Manchester United must forget the Class of ‘92 as they aim to get themselves back to the top of the Premier League, according to Paul Parker.
The former Red Devils right-back was part of Sir Alex Ferguson's side that won the club's first league title in 26 years before he was eventually replaced by Gary Neville.
That crop of Ryan Giggs, Nicky Butt, David Beckham, Paul Scholes, Neville and his younger brother Phil were regular Premier League winners, while they also secured Champions League glory in 1999.
And Giggs, Gary Neville and Scholes were still at the club for the 2008 win over Chelsea in Moscow but Parker thinks that United must now move on from trying to recreate that era.
"Everyone is looking at [the Class of] ‘92, but that needs to be put to bed. The Class of ‘92 were coming into a different Manchester United team," Parker told Goal.
"If you have a squad of players who feel mistreated, the young players can struggle, but our youngsters had a flourishing team. The boss knew how to fit them in. They became even better because of what was happening around them."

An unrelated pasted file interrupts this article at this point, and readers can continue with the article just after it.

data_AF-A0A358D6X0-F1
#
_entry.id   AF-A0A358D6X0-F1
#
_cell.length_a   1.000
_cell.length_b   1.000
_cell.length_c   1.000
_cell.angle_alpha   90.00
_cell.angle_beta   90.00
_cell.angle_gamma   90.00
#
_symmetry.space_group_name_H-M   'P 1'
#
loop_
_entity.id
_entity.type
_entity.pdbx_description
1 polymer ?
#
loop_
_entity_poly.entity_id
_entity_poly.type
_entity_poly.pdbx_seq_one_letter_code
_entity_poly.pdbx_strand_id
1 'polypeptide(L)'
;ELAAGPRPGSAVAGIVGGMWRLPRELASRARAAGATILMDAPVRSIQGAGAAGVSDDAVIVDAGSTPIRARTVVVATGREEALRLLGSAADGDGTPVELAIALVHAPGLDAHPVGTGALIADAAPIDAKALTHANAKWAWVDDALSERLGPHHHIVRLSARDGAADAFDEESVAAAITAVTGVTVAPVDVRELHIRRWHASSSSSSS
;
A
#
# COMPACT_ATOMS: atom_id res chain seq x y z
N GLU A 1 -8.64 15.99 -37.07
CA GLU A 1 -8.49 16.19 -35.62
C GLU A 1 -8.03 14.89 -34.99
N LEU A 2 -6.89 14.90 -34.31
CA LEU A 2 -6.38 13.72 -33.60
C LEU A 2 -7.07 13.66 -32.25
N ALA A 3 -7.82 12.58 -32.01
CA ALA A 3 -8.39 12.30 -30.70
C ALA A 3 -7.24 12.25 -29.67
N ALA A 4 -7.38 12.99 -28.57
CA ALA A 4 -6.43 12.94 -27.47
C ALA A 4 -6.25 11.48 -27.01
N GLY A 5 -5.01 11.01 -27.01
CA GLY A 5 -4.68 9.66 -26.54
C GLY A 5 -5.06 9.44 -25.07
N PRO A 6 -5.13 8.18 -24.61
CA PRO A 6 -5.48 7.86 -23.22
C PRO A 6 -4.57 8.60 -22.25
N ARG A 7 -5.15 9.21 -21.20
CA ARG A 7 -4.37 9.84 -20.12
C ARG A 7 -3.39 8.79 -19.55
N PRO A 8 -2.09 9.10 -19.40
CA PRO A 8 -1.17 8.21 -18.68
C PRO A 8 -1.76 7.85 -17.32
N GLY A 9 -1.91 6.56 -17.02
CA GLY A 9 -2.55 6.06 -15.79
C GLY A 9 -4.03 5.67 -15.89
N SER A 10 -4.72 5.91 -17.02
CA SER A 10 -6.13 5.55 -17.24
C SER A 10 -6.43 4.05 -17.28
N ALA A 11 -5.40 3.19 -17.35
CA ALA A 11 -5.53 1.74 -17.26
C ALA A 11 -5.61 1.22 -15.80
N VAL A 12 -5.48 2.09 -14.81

Ahead of the Europa League game against Astana, Parker thinks the introduction to the first team could be far harder for this vintage of young players.
The likes of Marcos Rojo, Phil Jones and Nemanja Matic have been linked with moves away and could be frustrated by their lack of time on the pitch, with Parker concerned over a potential lack of leadership.
"Ferguson wanted the right players around them. If you bring a team who are not together, who are a little bit bitter, the younger players are going to feel they’ve got to do something straight away," he said.
"They haven’t got the real pros around. They will need to keep it simple, and if they make a mistake, they want players to encourage them. You need to be told, 'Right idea, but wrong execution'. That’s how players are made and broken."
The likes of Mason Greenwood, Angel Gomes, James Garner and Tahith Chong could all feature on Thursday night but Parker thinks pressure from the press and social media to perform right away means their careers are vulnerable to early disappointments.
"You could put those kids to the sword, and they won’t come up again," he added. "You have to give the team the chance to win [by not fielding an entirely youthful XI]... I don’t know if Ole can trust some of the pros to help them through the game. They might be more worried about themselves."